Thursday, March 11, 2010
Selective Memory Syndrome
My boys are showing definite signs of having very selective memories - and this is not a good thing. Why? Because all they seem to remember are the bad bits of their day. Let me be more specific - when mummy used her shouty voice.
Take yesterday for example.
The boys bound into my room at 6am and hustle me from the warm cocoon of the duvet. Do I complain? No, I do not. I greet them with smiles, hugs and kisses and shuffle downstairs to create the culinary masterpiece that is their breakfast (whilst simultaneously making coffee / throwing items of food haphazardly into lunch boxes / feeding the cats / throwing half the contents of the fridge into the slow cooker for dinner / loading laundry). Whilst scurrying around the kitchen like Jamie Oliver on speed I take the time to practice Captain Underpant’s spellings with him and listen attentively to Johnny Drama’s rendition of a song he has learnt in French. I am being so efficient I even have time to cuddle them on the sofa for one cartoon, before indulging in a quick game of hide and seek before getting them dressed.
The morning is picture perfect. I curb my tongue whenever there is dilly-dallying or altercations and the pre-school hours run as smooth as clockwork.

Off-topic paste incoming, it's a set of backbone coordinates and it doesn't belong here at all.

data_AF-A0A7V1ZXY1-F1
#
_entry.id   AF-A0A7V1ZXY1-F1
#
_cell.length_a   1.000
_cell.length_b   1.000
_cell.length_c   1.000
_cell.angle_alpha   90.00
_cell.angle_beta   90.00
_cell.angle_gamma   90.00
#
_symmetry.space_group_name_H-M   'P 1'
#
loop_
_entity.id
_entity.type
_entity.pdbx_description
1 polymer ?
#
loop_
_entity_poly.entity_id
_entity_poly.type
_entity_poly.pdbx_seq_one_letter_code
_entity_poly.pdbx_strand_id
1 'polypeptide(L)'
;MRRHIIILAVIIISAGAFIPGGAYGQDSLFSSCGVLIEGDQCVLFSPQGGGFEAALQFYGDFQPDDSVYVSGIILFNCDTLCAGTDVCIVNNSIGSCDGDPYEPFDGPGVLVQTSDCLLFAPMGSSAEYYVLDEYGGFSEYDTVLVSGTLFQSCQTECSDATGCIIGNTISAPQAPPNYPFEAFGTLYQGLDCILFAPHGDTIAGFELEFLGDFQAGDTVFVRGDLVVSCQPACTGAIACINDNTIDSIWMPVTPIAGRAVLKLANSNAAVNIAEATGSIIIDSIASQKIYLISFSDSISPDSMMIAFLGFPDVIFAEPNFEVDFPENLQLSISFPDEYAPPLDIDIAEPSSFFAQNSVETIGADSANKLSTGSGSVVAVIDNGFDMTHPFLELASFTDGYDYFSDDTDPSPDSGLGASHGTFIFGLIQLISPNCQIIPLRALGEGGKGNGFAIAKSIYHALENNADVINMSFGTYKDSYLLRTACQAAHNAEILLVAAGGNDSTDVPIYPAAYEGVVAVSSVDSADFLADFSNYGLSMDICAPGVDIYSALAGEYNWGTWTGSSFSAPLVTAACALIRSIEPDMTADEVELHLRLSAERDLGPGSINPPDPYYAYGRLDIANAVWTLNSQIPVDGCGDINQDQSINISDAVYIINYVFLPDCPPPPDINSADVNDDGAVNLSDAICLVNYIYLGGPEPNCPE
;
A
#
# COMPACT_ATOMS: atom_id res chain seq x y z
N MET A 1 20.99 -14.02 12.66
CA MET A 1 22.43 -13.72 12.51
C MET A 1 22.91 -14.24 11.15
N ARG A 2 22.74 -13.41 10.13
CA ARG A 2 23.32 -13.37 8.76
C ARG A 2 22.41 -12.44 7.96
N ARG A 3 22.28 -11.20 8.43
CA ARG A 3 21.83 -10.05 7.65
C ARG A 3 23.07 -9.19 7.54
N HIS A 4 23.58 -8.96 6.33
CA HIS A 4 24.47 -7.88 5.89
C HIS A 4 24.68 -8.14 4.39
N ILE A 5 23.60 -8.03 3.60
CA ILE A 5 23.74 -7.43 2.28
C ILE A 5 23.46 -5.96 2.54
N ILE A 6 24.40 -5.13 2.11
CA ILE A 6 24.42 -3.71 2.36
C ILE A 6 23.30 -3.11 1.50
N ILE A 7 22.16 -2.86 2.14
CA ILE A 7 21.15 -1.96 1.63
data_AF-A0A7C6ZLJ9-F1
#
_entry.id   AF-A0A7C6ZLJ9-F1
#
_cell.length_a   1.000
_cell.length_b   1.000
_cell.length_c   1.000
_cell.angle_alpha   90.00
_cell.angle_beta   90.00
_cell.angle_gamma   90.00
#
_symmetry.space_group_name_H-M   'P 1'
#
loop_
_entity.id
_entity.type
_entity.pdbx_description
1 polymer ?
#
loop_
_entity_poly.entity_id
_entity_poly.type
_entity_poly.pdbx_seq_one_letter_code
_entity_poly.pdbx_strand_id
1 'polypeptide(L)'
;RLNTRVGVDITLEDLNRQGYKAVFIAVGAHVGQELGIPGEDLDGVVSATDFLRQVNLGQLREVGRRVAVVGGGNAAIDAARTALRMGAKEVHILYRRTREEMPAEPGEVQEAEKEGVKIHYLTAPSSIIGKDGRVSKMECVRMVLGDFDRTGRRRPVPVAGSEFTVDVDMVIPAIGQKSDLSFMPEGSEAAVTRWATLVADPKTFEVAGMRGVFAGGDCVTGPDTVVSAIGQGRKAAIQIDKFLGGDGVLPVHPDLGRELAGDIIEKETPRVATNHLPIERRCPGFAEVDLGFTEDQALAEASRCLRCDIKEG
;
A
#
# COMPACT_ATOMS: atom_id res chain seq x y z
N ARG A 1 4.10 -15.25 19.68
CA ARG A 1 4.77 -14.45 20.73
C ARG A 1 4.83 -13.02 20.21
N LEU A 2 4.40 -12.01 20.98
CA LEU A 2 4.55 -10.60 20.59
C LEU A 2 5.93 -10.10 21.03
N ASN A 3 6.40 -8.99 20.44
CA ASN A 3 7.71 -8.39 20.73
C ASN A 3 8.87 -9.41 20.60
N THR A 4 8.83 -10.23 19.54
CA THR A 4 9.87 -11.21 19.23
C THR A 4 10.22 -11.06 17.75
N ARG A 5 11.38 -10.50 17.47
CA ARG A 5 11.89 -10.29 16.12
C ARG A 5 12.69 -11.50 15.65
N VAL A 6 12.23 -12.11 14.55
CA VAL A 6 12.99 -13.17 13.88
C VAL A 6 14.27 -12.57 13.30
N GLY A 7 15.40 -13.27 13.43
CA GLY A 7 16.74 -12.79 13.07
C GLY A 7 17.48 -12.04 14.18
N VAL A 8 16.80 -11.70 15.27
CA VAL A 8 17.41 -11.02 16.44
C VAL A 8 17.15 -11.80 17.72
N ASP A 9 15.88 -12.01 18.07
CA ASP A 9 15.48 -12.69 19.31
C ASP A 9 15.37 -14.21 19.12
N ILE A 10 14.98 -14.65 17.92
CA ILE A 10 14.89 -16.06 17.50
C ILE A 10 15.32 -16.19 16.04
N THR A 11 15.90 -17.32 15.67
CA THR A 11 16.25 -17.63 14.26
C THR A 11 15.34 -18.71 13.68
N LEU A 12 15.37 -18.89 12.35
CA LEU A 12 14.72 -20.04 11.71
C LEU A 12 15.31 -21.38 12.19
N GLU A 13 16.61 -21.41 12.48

Once in the car we sing along, very loudly, to songs about brothers being naughty (their favourites) and when we reach the school the boys hop out of their car seats and we have a 2 minute impromptu ‘disco dance’ session to The Black Eyed Peas, before they trot into their classes.
By this point I am exhausted and can’t quite believe it is only the start of the day.
All too soon pick-up time rolls around and I am back at school. Rather than bundling them immediately in the car we hang out in the playground and I make the effort to play Tag, rather than sit and natter with my mummy friends, to squeals of delight and appreciation.
Back at home the boys keep me company in the kitchen - Captain Underpants is perched on a counter top doing his homework, Johnny Drama dances like a loon with me to various songs we find on YouTube. Then the boys find some left-over balloons from a party we attended and I blow them up and let them loose, which the boys find hysterical. We repeat this game until I have no more breath left and am feeling decidedly light-headed.